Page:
I had an incredibly fun time volunteering at the Peggy Notebaert Museum for WeDigBio. I was blowing through plant label transcriptions, visually eating up the herbarium specimens. Through that program, I learned about Notes from Nature, where I've been transcribing from my laptop. How cool is that?! I've actually done many transcriptions where I forgot to log in to record my progress, but as far as what was recorded on my account, I've done 100 transcriptions. There are even cool badges you earn for transcribing a certain amount of records and such.

Rudbeckia hirta herbarium specimen with label at Peggy Notebaert Museum in Chicago

I met two awesome friends from Instagram in person, and we went on a fun hike in Somme Woods. I can't express in words how awesome it was to connect with them like that. I really enjoy interacting with people on Instagram, but this was on a whole new level, and I'm grateful for that experience.

Michelle and Theresa checking out Arisaema spp.

Another neat adventure from 2016 was FINALLY visiting Lincoln Park Conservatory! My next post will be about that. What a charming place.

Lincoln Park Conservatory and the Formal Garden

There were many plants I met for the first time and plants that I visited for the millionth time. Both are equally fantastic. There were so many small, wonderful moments in nature that comprised my year. From the accomplished feeling of successfully identifying wild plants, to humbly learning from mistakes in id, I'm very grateful to be so aware of the beauty of nature. 

I met Gentianopsis crinita (greater fringed gentian) for the first time in 2016!
...and then I greeted Opuntia humifusa again...with my hand. It said hi back with several glochids.

I've been moving along on my quest to teach myself more about nature, especially when it comes to botany. I've learned that for as much as I know, I don't know so much more! And that's okay. I feel that I can only teach myself so much, and have to observe others and ask for help sometimes. Also okay. I learn Latin names by reading, then find out that I'm horribly mangling the pronunciation when a more seasoned plant nerd says it aloud. Reading about how to identify plants with various technical definitions of plant parts is great, but it is the hands-on learning during hikes that this information sticks.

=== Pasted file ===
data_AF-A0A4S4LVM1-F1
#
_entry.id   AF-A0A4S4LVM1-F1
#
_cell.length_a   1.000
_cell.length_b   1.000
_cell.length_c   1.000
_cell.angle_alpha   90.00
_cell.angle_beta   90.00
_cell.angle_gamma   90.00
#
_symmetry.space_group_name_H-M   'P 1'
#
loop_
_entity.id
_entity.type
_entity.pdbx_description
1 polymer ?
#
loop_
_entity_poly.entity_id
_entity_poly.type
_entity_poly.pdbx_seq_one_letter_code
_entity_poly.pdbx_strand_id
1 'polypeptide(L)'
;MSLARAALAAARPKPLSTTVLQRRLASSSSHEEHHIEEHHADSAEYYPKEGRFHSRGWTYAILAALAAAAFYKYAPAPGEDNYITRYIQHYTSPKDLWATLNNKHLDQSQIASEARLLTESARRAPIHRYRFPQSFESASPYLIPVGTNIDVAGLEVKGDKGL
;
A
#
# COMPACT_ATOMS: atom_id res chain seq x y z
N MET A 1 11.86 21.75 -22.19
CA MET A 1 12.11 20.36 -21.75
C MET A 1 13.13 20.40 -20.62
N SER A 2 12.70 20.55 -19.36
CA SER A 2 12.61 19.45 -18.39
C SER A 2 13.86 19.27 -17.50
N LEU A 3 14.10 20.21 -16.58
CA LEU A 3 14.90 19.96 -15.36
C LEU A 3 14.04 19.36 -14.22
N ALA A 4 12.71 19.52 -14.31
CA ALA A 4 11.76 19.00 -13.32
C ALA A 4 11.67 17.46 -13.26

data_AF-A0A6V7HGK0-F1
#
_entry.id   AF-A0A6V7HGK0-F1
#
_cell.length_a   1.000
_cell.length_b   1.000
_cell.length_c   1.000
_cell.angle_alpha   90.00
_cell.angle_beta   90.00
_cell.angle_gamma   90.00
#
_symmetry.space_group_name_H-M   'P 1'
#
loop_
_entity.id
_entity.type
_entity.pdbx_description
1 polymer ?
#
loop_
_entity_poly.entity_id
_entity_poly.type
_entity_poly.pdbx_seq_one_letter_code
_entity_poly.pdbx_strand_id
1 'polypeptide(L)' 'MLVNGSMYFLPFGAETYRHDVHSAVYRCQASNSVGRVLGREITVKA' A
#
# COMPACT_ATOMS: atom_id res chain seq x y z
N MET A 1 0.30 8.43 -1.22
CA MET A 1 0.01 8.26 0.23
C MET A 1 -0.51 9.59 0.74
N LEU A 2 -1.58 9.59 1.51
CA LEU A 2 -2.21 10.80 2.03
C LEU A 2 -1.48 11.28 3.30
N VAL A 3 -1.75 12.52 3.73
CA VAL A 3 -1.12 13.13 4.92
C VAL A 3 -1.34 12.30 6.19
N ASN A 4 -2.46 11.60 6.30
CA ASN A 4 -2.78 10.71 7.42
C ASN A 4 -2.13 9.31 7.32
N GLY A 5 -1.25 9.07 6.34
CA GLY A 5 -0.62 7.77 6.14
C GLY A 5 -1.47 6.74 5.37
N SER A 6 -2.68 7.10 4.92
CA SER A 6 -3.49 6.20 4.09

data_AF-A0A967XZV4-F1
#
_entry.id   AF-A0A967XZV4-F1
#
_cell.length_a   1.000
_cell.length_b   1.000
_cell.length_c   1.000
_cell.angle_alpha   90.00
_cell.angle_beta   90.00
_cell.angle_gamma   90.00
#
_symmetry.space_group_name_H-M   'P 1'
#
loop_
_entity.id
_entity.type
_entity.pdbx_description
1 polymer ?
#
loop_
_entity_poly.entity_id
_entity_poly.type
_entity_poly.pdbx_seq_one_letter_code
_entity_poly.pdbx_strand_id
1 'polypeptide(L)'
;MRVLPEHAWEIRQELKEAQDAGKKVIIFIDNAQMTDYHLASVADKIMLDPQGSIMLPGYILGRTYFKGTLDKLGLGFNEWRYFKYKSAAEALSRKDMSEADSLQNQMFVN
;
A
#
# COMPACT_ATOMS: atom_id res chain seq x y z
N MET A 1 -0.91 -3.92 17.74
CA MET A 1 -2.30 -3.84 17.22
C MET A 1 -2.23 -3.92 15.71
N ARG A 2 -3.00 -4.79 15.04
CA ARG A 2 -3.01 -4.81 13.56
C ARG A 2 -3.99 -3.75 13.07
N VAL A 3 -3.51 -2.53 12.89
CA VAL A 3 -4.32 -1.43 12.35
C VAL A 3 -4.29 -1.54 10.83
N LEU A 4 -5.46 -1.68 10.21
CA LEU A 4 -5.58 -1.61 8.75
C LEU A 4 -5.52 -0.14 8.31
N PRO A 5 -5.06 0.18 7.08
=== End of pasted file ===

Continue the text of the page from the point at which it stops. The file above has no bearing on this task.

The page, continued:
Look at the petiole and glands of Viburnum opulus! Wow, such botany! Very plant! Much science!

I couldn't talk about plants the way a horticulturist or botanist with years of experience and a 4-year-degree (or more) could, but I guarantee you I talk about plants with just as much passion as that horticulturist or botanist does. I've learned that is probably the most important part because it is that passion that drives my journey to learn more. Another important aspect is not to second guess myself all the time; being confident (within reason) and willing to be wrong will get me further than shying away ever could. Even the most educated professional with several degrees under their belt still doesn't know it all. I also realised these past few years as I learn more and more, that I also shouldn't let my knowledge get the best of me. If I'm not careful I could very well end up being a know-it-all. It's about balance. I don't need to be too hard on myself for what I don't know -- but I also don't need to be too full of myself for what I do know. For now I am a botanist at heart; I am a plant enthusiast. And one day I very well be a botanist as a profession. It's all part of a big adventure!

All that being said, I really hope I'm not being obnoxious with how I talk about plants, or for sharing photos of "basic" plants. I don't mean to sound like I know it all, and I don't mean to act like posting a photo of a dandelion with information about it is some great feat. I am just really fascinated by plants! That includes weedy, common plants. You'll often see me hashtag stuff like #asterids, #rosids, #[insertfamilynamehere], etc on Instagram. That's partially to organise the post into those hashtags if other people are interested in looking at photos of such things, but mainly because it helps me learn. If I use the #Adoxaceae on Viburnum spp. photos or #Bignoniaceae on Catalpa speciosa pics every time, I'll more easily remember which families each belongs to.

Anyways, I could probably ramble more and make up more "resolutions". Alas it is time to go home and wait for Ari to get off the bus, and I don't have internet at home as I've mentioned. I'm sure that, after all this rambling, none of you will mind. :)

I hope everyone had a great holiday season, and a fantastic start to 2017!